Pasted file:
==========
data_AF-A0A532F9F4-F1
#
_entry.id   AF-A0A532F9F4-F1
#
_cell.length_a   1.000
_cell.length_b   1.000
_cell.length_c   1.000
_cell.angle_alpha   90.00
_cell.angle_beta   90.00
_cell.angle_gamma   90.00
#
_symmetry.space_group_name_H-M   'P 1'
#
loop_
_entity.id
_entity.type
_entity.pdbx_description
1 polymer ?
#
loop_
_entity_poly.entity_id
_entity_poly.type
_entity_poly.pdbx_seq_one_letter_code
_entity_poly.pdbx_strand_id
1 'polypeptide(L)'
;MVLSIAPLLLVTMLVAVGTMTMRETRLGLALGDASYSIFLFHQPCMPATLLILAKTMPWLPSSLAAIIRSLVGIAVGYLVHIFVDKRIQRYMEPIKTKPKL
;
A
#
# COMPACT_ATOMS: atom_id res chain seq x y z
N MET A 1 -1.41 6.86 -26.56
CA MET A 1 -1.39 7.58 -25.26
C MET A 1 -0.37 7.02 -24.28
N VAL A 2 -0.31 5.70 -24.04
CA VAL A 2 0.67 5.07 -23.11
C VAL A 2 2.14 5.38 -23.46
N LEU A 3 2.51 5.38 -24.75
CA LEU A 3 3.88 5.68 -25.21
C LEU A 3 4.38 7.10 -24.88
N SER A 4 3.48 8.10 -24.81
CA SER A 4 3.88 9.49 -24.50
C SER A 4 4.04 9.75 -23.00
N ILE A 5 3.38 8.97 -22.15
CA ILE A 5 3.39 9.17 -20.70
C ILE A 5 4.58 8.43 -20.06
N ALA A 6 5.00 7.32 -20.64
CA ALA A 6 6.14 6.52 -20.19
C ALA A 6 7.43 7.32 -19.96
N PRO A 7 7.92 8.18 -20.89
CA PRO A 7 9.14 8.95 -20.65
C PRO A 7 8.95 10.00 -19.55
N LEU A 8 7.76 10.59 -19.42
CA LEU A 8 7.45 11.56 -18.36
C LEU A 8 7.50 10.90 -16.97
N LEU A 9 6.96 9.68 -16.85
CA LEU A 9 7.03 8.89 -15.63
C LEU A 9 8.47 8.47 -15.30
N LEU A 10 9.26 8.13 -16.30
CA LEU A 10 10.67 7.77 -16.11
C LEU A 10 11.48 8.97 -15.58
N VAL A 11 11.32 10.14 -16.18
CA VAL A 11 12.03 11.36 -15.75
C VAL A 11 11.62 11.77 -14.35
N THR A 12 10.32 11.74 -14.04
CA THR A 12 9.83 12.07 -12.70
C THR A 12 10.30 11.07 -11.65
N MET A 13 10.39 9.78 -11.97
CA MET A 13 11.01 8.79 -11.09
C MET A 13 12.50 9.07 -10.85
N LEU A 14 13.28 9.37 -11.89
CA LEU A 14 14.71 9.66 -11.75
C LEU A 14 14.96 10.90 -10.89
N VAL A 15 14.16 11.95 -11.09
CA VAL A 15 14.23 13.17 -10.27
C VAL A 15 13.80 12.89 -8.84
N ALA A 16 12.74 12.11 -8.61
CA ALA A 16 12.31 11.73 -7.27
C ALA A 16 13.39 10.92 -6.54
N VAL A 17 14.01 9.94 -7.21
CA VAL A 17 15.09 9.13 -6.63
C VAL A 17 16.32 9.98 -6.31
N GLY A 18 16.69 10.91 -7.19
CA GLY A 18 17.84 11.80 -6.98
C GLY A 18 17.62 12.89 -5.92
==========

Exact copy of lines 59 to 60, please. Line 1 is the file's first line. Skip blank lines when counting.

CA LEU A 10 10.67 7.77 -16.11
C LEU A 10 11.48 8.97 -15.58